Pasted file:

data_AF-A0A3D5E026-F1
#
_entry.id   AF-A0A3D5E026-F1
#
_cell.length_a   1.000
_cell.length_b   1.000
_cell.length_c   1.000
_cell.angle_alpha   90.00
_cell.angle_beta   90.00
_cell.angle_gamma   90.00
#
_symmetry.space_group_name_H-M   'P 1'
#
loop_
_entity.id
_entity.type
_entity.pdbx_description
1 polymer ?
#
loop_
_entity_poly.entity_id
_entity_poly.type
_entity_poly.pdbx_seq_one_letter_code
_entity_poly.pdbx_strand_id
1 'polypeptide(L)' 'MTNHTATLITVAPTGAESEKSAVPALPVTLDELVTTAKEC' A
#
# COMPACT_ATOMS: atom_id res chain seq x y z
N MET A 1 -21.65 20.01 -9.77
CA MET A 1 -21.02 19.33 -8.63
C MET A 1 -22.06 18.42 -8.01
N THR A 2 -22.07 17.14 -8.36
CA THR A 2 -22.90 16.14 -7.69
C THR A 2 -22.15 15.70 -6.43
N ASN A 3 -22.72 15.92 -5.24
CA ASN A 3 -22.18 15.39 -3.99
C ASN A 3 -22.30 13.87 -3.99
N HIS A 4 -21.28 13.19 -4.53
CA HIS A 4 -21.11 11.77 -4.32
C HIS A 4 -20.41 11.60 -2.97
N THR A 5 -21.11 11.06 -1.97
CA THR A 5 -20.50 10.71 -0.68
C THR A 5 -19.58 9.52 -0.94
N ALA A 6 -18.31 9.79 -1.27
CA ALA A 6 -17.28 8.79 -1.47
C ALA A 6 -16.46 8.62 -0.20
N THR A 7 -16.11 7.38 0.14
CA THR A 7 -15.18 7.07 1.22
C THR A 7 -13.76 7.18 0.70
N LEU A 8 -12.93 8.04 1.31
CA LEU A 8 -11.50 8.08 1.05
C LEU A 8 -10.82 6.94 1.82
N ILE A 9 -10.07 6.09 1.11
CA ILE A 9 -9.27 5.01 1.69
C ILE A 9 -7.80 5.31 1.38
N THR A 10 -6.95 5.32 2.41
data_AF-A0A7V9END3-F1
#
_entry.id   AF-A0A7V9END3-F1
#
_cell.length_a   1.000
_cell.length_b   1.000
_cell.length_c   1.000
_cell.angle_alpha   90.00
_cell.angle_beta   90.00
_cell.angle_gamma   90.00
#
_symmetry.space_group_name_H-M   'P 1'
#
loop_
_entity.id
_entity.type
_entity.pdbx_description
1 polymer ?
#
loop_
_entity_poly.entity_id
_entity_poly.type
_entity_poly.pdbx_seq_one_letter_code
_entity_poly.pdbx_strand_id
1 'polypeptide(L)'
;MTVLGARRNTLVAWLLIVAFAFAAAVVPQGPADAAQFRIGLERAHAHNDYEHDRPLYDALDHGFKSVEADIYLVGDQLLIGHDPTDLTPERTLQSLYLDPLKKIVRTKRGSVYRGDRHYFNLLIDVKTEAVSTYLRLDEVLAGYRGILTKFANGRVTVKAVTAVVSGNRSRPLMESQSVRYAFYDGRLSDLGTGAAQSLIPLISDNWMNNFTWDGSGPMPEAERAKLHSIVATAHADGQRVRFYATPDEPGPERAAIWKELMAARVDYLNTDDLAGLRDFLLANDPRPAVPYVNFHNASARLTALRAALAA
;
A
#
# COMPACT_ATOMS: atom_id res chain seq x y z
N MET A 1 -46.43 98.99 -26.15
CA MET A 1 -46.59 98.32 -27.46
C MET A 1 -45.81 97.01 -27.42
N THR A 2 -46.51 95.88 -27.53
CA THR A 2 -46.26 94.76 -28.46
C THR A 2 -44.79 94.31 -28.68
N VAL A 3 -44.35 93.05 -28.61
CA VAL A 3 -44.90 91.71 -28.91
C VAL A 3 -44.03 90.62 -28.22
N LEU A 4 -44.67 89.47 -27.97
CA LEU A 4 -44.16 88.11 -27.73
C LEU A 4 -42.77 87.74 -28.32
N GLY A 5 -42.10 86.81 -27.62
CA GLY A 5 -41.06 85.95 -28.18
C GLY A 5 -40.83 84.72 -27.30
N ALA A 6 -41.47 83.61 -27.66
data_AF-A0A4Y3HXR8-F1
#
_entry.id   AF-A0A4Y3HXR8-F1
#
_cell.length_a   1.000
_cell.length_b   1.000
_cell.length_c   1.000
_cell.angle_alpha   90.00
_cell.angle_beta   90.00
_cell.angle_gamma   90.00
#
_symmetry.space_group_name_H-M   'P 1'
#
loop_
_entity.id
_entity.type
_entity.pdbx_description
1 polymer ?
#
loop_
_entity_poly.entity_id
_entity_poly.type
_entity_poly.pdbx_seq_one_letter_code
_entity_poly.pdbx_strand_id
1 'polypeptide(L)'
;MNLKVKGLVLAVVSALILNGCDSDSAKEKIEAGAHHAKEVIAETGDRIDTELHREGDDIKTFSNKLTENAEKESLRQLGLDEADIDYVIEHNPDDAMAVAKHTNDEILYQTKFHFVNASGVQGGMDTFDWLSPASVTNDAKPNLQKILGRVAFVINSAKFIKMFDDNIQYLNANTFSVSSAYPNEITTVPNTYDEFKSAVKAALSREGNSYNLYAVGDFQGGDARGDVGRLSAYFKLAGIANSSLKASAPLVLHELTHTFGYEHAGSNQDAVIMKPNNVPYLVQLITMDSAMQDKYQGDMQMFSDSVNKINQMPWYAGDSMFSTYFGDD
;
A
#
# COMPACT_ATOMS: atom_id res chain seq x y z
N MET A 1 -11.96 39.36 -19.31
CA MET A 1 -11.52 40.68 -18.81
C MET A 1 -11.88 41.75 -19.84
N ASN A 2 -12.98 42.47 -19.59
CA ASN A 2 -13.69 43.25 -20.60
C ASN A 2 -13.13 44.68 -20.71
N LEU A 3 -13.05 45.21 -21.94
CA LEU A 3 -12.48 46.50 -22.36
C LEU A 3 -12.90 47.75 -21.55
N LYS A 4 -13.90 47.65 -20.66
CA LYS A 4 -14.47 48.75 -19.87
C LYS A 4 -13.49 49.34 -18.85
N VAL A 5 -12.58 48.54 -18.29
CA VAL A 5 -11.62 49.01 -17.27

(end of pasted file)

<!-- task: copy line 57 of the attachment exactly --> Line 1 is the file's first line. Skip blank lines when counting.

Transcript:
#